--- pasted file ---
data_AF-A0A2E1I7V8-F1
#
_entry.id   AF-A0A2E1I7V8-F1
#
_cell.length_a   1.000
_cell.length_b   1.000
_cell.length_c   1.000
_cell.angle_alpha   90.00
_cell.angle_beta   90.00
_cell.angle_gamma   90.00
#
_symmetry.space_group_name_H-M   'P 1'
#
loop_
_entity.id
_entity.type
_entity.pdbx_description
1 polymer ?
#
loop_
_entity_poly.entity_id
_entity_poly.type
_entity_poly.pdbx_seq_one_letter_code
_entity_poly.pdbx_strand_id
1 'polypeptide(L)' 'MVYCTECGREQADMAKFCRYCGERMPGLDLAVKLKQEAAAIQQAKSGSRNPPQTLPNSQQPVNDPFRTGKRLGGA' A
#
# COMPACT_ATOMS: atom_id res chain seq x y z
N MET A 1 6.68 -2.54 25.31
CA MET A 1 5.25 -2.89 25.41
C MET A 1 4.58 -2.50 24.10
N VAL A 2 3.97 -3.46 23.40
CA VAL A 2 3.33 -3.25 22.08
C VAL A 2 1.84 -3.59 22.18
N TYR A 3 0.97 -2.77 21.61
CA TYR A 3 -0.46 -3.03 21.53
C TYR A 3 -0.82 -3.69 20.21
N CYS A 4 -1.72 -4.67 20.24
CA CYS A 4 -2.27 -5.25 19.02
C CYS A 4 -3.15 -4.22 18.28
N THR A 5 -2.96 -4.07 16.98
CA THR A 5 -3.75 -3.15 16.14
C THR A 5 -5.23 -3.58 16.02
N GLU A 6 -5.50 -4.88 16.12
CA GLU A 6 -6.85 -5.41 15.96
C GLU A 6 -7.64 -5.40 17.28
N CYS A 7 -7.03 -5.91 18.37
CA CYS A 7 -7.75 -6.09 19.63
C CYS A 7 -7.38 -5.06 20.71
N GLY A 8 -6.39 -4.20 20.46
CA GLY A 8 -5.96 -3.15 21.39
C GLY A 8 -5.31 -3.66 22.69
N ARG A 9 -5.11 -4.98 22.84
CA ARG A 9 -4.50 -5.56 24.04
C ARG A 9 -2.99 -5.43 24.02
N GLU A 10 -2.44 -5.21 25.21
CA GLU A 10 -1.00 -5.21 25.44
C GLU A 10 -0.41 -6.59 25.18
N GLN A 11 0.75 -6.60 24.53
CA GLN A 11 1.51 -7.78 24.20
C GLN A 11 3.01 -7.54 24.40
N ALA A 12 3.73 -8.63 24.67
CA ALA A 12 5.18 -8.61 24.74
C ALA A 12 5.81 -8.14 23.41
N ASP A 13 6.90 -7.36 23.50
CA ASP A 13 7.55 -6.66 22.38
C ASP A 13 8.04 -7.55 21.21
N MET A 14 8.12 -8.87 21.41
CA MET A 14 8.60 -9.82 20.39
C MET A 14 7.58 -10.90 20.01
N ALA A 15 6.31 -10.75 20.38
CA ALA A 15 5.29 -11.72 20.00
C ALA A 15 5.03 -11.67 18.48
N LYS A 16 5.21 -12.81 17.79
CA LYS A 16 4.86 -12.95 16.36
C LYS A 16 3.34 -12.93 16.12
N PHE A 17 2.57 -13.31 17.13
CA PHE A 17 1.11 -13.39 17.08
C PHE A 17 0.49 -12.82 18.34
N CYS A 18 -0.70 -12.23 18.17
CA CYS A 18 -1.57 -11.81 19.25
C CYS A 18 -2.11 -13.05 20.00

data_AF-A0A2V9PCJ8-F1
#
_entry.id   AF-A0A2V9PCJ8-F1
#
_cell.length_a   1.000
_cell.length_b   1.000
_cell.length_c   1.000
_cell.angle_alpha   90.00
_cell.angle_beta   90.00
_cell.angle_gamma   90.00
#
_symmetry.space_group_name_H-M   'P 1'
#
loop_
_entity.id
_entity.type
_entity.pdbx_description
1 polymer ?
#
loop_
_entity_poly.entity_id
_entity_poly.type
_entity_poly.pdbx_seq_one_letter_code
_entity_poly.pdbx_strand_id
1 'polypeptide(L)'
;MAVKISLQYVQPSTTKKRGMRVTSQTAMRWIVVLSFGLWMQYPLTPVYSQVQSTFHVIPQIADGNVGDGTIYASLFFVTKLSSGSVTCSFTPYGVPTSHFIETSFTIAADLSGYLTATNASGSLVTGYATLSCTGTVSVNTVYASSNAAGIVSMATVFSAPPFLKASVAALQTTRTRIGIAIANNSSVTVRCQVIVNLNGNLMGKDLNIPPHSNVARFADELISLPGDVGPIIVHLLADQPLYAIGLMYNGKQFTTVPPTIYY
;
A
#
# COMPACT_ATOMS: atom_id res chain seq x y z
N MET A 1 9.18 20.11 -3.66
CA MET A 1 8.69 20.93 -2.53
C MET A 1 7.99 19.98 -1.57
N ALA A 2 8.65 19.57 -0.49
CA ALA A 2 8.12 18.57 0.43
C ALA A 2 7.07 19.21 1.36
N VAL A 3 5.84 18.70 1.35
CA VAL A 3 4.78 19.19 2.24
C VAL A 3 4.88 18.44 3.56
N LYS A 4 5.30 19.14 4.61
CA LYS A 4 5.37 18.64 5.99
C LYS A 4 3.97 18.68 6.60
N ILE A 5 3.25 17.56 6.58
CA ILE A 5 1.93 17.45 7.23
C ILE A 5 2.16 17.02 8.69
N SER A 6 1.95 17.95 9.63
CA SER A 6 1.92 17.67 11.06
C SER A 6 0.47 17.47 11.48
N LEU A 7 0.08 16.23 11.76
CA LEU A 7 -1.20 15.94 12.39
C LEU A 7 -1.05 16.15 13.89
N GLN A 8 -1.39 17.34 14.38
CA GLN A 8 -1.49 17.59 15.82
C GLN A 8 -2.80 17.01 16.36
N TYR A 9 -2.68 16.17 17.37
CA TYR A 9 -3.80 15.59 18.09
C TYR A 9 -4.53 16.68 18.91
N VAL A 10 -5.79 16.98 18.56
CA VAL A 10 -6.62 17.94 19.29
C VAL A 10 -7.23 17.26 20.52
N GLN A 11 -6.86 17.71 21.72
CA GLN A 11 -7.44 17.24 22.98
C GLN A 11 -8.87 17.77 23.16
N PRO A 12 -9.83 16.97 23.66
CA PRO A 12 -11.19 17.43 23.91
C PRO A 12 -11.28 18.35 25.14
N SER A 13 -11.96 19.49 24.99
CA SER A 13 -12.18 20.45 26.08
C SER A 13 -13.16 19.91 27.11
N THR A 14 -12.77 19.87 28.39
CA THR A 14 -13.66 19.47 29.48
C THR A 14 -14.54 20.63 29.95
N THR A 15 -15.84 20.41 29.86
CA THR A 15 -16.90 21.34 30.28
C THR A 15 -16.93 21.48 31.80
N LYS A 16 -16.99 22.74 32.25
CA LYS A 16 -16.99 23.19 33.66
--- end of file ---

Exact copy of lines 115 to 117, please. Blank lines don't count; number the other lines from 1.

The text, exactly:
N ALA A 2 8.65 19.57 -0.49
CA ALA A 2 8.12 18.57 0.43
C ALA A 2 7.07 19.21 1.36